… Nothing Like The Sun — a powerful, often hypnotic album that blends jazz and rock styles into a thoughtful suite of twelve songs about love, politics and the meaning of the individual life — avoids the self-conscious stiffness that marred Sting’s first solo LP, The Dream of the Blue Turtles. Whereas that album often seemed to be merely the sterile enactment of its fusion-jazz ambitions, … Nothing Like the Sun flows naturally.
The album’s title comes from a sonnet by Shakespeare that begins with the line “My mistress’ eyes are nothing like the sun.” Against the extravagant imagery of much Elizabethan love poetry, that sonnet articulates a human-scale vision of love for a flesh-and-blood woman who, far from standing on a pedestal, “treads on the ground.” Similarly, on … Nothing Like the Sun, Sting resists, for the most part, his tendency to drift into the mystic. Instead he locates the LP’s songs in an uneasy three-dimensional world of unruly emotions (“Be Still My Beating Heart,” “Sister Moon”), nightmarish social systems (“History Will Teach Us Nothing,” “They Dance Alone”) and personal commitment (“The Secret Marriage”).
Sting dedicates … Nothing Like the Sun to his mother, who died recently at fifty-three, and the songs about women on the record seem informed by the mother-son bond and the double-edged impact of its breaking at birth, marriage and death. “The Lazarus Heart,” the album’s shimmering opening track, weds Freud and The Golden Bough in its mythic dream of an artist whose creativity derives from a wound inflicted by his mother. The Chilean women in the stately “They Dance Alone” dance in mournful celebration of their husbands, sons and fathers, who were jailed or killed by the Pinochet regime.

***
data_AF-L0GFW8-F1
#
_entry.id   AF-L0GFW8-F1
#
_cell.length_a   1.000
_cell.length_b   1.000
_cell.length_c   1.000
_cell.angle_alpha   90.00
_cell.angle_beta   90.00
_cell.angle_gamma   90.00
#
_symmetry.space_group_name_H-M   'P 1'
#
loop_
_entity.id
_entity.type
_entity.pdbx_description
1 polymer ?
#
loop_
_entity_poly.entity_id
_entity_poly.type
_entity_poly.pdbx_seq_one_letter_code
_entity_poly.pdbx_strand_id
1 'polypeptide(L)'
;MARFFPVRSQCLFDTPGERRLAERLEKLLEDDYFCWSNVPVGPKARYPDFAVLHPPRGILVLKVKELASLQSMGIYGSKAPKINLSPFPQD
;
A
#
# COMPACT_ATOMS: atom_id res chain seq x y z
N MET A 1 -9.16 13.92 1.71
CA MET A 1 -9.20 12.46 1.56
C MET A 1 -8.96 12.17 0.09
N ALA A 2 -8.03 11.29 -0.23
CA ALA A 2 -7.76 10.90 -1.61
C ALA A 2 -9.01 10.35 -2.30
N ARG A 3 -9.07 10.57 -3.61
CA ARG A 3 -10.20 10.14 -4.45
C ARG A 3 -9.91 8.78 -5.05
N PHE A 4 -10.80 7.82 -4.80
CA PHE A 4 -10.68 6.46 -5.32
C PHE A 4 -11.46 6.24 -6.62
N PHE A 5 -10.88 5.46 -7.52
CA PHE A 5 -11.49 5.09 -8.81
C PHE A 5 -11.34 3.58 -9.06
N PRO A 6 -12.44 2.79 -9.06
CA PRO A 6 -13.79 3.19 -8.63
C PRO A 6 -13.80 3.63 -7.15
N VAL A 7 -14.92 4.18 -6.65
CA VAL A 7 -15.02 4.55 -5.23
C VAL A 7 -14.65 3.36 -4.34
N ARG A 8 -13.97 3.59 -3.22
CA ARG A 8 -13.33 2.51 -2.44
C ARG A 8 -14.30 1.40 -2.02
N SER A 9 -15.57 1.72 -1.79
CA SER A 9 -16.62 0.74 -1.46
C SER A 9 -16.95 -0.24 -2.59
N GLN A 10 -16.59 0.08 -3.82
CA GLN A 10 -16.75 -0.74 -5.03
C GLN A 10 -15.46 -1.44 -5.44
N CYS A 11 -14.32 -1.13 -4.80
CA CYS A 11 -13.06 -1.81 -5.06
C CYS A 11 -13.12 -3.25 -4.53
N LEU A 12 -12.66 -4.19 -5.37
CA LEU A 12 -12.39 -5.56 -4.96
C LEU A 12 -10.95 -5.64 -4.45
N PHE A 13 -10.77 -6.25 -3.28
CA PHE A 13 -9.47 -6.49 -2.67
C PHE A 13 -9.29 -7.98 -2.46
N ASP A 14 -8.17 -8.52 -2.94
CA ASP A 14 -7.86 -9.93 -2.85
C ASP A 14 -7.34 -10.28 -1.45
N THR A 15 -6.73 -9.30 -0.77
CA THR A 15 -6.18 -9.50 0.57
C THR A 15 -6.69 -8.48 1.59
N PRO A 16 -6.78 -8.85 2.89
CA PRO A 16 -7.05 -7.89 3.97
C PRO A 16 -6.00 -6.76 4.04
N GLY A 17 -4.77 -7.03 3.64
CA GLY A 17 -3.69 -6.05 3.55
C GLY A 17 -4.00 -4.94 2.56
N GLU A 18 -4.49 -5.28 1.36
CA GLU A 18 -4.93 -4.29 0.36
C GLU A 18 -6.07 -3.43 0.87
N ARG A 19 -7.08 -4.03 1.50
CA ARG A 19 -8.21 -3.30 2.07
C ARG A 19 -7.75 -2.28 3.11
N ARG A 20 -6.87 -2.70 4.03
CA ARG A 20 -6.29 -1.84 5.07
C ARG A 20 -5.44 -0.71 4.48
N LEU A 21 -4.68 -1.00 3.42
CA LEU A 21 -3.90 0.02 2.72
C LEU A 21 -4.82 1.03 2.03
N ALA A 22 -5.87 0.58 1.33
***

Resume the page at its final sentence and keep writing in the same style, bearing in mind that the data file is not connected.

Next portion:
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For his band on … Nothing Like the Sun, Sting has carried over saxophonist Branford Marsalis and keyboardist Kenny Kirkland from the jazz outfit that backed him on The Dream of the Blue Turtles. He plays bass himself and has recruited drummer Manu Katché, percussionist Mino Cinelu and a host of guest stars (including Andy Summers, Eric Clapton and Mark Knopfler). The arrangements are airily layered, with instruments and rhythms constantly doubling and counterpointing each other but never becoming so dense as to be stifling. Lively percussive currents keep songs like “Straight to My Heart” and “Rock Steady” moving along briskly.
The instrumental textures and introspective tone of the album preclude any explosive soloing or improvisation; that is something of a shame given the presence of players of the caliber of Marsalis and Kirkland. One of the more appealing surprises on the record, however, is guitarist Hiram Bullock’s lyrical soar during a startling cover of Jimi Hendrix’s “Little Wing.” Gil Evans and his orchestra provide the perfect atmospheric setting for Sting’s eerie meditation on Hendrix’s surreally poetic love song.
… Nothing Like the Sun is also one of those records that help define a point of technological transition. Simply stated, it must be heard on compact disc — or, as a very distant second choice, on cassette. At fifty-four minutes, it’s too long for a single vinyl album, and spread thinly over four sides, it breaks too often and abruptly to sustain its otherwise consistent mood. The CD version also allows a greater appreciation of the record’s choice sonic details.
In any configuration, however, … Nothing Like the Sun represents impressive growth for Sting. His voice is rich, grainy and more mature; his ideas are gaining in complexity; and musically he is stretching without straining. His mistress’s eyes may be nothing like the sun, but on this fine new album Sting’s intrepid talent shines on brightly.